What do I use? Number one reason for finding of not competent to stand trial? Psychosis ECST-R has the best focus on Psychosis Concerns about Feigning? ECST-R has the E-APS scale for feigning Concerns about intellectual functioning? Can be with persons diagnosed as Mild MR Does publisher discourage use as a measure of competency? No
Malingering Malingering must be considered, evaluated and ruled out in legal issues during assessment. Structured Inventory of Malingered Symptomatology (SIMS) Structured Interview of Reported Symptoms (SIRS) Miller Forensic Assessment of Symptoms Test (M-FAST)
Juveniles Many instruments appropriate for teens Some studies suggests that : Average 14 y/o is no less capable than the average adult in reasoning and decision making regarding trial issues They look at a very narrow slice of the pie
From Grisso and MacArthur Foundation Juvenile Adjudicative Competence Project, Research on Juveniles’ Competence % of Inadequate Understanding (Lower number is better): Ages Role of Prosecutor Role of Defense Attorney Role of Judge Rights given up when plead guilty Impairment in competence decreased by at least half for all age groups after “teaching” Greater learning for facts than abstract concepts/ appreciation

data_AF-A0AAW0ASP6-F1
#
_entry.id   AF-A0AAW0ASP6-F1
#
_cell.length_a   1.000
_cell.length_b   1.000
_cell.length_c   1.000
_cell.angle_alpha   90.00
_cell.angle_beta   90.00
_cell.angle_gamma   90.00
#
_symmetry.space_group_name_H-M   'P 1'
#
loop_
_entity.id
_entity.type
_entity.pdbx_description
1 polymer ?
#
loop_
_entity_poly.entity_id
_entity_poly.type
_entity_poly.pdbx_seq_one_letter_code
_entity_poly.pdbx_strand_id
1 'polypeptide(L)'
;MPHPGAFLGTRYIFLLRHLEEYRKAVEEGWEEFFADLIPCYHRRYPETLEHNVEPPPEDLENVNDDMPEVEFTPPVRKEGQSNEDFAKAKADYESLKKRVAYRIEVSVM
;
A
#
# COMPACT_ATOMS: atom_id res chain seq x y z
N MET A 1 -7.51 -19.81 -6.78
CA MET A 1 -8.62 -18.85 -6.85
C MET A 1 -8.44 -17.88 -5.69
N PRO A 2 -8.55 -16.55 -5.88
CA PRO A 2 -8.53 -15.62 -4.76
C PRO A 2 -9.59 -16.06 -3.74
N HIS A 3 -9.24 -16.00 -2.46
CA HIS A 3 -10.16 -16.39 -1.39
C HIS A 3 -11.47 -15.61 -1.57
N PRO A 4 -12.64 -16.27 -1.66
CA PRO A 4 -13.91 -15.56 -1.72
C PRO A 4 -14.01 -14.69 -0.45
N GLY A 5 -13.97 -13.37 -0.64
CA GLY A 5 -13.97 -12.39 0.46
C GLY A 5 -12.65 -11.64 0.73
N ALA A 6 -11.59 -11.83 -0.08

Differences in Adults and Teens When asked how “Joe” should respond to police questioning: Youths tended to focus on how statement might allow “Joe” to go home now, and on being compliant to get leniency Adults tended more often to consider how one’s statement could increase or decrease penalties later in adjudicative process